made the most important observation. Nationwide a large percetage of the nation has bad personal experience with the ACA. B Cole is the poster child for the Dems never coming back. People had such a bad experience with ACA they were adamantly opposed to anymore of Obama’s programs… although they liked him personally. Until the B Coles of the Democratic Party realize this, they will be the minority party. BCole needs to listen to Bucksvoter. Dem leadership at both national and many local levels is out of touch with reality.

    Pont and Glotz make good points. Back in Jan 2015 the overwhelming comment was “No more Bush. No more Clinton.” The Dem Party made a grievous error in ignoring us. Clinton’s choice of running mate was compared to Trump’s choice of running. Since Trump’s fame is “You’re fired” and Trump chose competence it was distressing that Clinton chose a clown.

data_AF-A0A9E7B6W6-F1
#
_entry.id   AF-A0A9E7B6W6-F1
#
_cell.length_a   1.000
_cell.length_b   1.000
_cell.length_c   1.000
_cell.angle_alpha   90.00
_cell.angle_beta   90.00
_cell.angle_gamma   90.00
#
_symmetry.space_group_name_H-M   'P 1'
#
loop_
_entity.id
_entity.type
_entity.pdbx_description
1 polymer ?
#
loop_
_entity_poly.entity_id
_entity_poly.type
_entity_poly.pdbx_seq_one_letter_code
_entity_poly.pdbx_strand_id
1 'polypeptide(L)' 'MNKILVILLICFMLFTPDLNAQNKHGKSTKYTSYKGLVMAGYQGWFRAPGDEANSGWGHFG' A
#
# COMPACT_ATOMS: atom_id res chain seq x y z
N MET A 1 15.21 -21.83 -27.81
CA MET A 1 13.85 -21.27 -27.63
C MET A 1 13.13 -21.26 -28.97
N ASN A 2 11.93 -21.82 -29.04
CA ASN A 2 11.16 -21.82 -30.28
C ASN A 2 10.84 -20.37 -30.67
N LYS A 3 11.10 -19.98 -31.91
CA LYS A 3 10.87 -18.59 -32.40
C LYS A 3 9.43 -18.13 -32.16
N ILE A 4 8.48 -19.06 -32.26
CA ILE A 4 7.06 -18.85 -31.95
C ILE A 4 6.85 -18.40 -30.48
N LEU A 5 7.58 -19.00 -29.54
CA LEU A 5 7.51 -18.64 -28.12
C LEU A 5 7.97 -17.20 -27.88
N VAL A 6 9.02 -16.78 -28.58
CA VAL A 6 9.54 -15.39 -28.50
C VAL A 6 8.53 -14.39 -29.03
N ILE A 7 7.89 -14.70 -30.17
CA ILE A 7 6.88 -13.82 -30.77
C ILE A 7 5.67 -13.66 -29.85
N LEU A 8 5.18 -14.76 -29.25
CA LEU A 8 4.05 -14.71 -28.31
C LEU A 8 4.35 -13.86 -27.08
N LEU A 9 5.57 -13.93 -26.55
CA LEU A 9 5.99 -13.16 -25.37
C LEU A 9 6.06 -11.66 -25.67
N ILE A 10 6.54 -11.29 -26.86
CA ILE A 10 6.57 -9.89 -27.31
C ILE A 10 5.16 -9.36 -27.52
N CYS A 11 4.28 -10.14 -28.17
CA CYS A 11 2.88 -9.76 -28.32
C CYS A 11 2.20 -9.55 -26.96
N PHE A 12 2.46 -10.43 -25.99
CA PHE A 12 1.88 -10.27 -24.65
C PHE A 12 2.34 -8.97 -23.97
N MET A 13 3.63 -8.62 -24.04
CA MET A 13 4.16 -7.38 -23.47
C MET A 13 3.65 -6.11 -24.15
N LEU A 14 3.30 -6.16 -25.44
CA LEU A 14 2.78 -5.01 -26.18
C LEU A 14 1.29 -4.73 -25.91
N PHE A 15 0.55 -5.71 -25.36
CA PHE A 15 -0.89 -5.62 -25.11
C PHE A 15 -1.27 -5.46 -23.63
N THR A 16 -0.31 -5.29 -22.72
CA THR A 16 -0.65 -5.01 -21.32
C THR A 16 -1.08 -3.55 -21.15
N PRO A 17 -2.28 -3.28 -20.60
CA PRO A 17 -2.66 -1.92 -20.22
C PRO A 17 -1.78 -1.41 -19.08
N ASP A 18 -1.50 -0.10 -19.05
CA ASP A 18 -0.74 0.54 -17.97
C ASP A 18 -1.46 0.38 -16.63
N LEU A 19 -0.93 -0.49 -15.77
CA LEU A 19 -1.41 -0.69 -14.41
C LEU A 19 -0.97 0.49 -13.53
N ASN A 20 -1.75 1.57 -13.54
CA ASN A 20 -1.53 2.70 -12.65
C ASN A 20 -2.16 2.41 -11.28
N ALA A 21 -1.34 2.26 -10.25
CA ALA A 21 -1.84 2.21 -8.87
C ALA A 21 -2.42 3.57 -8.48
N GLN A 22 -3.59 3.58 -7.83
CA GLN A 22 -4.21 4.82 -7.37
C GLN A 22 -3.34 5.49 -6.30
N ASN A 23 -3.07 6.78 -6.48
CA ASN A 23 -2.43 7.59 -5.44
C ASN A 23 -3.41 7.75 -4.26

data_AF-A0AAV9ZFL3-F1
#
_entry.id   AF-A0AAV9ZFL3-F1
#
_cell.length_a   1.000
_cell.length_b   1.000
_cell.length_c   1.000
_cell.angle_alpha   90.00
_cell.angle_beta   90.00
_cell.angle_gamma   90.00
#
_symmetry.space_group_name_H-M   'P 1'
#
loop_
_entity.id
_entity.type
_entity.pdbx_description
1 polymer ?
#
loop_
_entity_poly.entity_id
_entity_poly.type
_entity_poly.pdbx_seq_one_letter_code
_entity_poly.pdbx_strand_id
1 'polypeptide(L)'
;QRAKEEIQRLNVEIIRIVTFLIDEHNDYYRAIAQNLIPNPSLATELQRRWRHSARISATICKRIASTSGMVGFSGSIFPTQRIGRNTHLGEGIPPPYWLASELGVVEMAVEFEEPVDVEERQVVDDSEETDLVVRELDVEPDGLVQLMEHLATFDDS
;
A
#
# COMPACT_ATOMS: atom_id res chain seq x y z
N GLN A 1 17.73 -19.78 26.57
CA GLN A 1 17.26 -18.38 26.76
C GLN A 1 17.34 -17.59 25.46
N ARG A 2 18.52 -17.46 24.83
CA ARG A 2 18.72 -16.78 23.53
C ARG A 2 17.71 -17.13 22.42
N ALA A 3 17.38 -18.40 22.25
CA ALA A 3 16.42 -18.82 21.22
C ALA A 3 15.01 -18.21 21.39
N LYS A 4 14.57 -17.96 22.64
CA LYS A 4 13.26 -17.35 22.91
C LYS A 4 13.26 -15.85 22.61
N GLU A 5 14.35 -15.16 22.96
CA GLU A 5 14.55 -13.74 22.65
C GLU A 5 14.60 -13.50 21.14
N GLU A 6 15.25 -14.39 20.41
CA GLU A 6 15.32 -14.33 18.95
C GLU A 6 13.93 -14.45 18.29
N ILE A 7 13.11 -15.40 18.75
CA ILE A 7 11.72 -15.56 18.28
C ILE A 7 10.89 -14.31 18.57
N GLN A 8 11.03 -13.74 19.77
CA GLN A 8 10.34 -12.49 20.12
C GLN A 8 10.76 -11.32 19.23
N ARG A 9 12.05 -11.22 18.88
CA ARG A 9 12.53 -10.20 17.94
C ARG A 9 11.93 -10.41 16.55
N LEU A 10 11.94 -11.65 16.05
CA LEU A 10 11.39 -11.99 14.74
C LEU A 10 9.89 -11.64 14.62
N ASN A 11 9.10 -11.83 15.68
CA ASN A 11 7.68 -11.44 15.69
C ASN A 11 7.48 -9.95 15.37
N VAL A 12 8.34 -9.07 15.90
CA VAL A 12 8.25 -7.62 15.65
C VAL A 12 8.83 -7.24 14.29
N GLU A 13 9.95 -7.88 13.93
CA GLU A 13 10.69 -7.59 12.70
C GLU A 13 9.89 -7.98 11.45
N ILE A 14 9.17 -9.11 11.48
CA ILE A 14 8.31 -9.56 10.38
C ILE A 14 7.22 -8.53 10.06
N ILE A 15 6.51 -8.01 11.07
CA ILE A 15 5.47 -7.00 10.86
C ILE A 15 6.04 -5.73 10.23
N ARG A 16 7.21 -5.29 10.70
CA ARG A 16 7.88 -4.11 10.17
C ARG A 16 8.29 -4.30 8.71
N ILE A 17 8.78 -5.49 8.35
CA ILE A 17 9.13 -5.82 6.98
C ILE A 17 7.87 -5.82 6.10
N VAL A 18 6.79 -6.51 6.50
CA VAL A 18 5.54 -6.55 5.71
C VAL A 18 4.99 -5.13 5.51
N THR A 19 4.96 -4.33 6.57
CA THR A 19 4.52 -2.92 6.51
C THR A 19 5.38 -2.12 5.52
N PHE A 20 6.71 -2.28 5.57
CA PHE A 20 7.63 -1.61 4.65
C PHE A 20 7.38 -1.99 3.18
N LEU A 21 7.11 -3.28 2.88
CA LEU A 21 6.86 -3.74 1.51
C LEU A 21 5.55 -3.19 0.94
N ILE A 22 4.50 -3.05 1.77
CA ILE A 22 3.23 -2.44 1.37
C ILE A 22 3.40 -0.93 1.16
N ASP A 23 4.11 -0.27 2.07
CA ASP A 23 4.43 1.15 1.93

Bottom line. Clinton was a lousy candidate. She projected the image that she would be an incompetent president, a president who makes choices based on criteria other than making America Great.

  14. We done it. Our crime familia was promised the US. Supreme Court seat that will decide everything going forward and make us billions. We got a Irish guy we took into the family, Tom Hagan, I think his name is, married one of the Zapper girls to improve his bloodline. We already put him on a federal bench so movin on up won’t be hard. We own him and don’t gotta give Trump nothin since we cut the Black vote and won him Pa. This will be way better than takin over the A.G. Office. The Godfather says it wouldn’t have worked anyway since Sonny is a hot head chooch with no nuts or brains.